Csy4-based vector system enables conditional chimeric gene editing in zebrafish without interrupting embryogenesis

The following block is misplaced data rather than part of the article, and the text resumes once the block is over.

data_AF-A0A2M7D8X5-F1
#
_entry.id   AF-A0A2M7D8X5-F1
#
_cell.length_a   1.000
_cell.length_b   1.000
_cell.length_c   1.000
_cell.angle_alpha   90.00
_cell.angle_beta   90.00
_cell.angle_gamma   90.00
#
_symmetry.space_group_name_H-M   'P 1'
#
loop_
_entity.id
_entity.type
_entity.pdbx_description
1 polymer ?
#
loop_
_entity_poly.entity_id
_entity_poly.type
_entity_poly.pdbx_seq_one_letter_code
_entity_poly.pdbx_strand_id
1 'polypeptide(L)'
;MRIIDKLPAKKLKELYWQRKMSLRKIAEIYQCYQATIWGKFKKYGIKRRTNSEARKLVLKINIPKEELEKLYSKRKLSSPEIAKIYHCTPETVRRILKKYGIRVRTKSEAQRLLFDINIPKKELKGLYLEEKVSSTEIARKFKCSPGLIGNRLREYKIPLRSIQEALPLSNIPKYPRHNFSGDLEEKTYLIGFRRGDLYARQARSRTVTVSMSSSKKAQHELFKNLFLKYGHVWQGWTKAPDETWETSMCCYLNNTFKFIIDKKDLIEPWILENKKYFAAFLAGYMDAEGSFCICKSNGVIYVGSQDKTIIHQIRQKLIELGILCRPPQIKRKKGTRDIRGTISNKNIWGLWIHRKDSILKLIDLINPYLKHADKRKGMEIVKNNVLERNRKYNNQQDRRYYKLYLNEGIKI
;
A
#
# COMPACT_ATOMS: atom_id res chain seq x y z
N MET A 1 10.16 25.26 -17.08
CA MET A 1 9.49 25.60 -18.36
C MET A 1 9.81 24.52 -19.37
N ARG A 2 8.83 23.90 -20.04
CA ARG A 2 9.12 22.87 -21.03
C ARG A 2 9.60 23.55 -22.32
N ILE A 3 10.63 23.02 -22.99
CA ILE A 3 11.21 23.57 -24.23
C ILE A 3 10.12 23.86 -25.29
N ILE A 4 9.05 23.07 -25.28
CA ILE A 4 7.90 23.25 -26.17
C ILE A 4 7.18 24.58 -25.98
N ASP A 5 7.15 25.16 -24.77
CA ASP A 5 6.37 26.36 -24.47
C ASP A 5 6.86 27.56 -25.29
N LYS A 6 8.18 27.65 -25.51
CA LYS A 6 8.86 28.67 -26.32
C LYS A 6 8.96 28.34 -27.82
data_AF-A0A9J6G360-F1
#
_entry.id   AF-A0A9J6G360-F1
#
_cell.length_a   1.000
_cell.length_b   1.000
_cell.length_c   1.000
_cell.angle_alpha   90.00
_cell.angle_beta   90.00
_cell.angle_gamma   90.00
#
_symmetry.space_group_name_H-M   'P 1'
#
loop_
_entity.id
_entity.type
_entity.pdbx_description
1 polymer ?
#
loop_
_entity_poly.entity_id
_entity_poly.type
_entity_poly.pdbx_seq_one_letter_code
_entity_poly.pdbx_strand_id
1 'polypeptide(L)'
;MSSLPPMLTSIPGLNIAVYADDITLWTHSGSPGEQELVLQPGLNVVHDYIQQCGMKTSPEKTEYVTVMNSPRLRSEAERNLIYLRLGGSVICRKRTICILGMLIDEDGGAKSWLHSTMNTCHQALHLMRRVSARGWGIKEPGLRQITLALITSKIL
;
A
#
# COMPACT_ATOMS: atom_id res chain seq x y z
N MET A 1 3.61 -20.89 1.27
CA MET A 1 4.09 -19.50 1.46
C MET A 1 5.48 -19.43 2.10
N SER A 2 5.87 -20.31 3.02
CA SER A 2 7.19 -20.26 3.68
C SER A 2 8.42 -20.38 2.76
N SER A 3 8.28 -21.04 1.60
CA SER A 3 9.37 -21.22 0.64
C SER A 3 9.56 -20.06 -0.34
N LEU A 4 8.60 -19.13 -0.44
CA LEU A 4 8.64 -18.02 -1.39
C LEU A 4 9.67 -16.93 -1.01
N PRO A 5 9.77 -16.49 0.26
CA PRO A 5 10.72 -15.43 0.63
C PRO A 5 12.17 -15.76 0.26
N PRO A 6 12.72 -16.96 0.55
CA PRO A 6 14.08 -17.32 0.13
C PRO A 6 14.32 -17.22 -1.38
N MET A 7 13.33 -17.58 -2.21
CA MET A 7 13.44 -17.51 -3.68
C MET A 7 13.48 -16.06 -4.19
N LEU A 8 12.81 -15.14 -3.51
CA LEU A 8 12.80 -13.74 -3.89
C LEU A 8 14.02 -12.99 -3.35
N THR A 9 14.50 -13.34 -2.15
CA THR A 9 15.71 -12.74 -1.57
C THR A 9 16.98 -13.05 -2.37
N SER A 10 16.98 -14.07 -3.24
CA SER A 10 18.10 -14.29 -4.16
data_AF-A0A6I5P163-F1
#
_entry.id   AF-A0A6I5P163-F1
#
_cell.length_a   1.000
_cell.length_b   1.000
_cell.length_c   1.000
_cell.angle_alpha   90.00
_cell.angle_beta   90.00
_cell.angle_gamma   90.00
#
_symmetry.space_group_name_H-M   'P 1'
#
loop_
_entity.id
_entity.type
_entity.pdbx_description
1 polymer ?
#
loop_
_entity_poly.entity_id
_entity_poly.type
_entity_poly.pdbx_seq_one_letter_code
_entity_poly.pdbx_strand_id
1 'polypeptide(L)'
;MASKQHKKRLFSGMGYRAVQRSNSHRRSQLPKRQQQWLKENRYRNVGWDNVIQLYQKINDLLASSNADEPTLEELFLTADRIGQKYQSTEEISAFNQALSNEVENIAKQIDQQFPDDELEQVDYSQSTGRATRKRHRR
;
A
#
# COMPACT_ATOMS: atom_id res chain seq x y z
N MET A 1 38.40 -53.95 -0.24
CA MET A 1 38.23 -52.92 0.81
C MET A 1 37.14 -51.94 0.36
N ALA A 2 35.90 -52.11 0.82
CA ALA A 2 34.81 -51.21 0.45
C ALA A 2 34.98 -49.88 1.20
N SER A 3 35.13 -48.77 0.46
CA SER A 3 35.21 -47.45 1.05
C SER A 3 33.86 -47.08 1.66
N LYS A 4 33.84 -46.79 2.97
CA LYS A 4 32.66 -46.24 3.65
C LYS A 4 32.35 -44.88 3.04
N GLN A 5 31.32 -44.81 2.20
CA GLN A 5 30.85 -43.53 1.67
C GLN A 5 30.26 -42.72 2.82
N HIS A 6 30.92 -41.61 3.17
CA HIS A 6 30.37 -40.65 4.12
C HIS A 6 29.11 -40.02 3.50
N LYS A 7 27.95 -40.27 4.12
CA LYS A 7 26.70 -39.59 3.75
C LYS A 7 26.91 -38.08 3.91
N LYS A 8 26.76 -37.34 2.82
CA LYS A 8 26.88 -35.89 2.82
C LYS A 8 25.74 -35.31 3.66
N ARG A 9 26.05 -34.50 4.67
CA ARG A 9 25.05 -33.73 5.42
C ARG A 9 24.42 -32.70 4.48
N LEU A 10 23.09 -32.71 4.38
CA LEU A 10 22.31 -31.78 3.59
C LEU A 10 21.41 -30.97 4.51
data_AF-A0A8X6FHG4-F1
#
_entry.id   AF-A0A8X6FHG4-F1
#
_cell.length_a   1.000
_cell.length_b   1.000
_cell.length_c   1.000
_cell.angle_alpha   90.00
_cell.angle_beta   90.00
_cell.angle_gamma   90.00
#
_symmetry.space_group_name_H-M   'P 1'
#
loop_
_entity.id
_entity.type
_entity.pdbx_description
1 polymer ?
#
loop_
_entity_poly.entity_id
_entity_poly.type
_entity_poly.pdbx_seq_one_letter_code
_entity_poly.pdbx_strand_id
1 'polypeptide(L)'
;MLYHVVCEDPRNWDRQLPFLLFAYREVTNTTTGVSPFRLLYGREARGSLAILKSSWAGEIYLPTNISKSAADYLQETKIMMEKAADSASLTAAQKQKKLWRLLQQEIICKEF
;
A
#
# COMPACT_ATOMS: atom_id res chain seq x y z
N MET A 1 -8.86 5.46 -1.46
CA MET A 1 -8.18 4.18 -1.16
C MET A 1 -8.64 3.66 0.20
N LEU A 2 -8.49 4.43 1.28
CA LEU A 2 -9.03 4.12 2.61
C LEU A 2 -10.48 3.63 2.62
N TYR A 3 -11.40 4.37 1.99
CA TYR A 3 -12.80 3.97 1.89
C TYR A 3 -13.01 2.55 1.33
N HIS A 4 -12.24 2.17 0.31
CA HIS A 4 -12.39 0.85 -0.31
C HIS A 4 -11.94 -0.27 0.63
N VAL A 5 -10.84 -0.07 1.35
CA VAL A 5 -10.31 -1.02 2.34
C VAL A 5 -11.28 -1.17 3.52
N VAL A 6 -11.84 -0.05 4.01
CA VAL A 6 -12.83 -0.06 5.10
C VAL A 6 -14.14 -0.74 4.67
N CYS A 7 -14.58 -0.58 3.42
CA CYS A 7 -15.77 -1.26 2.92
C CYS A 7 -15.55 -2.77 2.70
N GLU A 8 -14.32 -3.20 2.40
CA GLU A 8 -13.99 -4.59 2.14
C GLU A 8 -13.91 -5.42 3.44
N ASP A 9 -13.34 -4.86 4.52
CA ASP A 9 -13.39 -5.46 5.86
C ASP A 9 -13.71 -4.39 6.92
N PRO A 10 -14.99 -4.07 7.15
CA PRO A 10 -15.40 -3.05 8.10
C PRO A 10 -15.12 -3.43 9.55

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Abstract